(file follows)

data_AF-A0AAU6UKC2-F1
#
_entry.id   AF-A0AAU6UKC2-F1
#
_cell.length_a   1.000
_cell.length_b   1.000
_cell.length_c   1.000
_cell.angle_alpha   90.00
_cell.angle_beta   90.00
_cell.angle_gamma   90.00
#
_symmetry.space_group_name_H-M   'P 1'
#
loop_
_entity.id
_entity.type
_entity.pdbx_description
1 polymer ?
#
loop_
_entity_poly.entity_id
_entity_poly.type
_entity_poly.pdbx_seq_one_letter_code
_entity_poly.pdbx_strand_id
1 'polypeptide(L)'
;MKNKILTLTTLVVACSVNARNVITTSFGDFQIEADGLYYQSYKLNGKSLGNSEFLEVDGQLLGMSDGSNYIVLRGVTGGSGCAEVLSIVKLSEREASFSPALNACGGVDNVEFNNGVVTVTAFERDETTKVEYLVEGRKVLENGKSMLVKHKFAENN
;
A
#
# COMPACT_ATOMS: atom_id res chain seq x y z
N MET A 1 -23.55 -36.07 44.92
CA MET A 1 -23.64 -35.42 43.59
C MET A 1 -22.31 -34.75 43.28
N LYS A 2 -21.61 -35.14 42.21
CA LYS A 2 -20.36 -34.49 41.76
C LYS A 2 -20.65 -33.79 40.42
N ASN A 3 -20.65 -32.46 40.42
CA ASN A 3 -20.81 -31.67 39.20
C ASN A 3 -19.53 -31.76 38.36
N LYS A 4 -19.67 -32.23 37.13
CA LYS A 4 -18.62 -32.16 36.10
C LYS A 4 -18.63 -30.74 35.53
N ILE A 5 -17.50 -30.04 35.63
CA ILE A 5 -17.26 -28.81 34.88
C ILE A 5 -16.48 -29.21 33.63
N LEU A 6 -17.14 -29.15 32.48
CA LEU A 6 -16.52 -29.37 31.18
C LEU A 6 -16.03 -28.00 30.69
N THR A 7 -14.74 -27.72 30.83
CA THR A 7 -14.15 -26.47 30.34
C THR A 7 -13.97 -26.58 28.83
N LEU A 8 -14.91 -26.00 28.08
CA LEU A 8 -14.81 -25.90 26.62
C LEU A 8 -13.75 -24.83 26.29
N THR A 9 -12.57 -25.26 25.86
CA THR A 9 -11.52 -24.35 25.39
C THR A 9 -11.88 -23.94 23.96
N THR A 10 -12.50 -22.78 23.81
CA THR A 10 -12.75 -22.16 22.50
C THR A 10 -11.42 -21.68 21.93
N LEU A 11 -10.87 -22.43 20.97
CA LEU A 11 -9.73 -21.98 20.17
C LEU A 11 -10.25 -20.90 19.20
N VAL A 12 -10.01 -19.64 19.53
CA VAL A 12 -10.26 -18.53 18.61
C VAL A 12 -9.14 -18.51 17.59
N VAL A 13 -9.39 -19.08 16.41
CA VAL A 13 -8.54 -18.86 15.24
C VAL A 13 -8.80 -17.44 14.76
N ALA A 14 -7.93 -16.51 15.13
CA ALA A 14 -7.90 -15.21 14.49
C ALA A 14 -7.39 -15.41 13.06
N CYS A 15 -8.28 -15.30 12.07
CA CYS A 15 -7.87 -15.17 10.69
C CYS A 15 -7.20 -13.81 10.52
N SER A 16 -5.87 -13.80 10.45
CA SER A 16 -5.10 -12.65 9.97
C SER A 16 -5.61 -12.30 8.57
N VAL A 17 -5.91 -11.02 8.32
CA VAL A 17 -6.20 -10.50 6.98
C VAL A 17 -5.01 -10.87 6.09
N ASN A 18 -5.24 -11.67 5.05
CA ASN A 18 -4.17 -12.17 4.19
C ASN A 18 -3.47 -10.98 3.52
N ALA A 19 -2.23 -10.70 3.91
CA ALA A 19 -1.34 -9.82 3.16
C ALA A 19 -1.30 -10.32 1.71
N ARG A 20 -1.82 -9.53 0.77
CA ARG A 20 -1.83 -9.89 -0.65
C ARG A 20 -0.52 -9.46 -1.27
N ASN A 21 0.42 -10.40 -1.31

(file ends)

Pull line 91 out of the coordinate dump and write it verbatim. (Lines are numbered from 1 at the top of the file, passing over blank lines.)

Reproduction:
N ASN A 21 0.42 -10.40 -1.31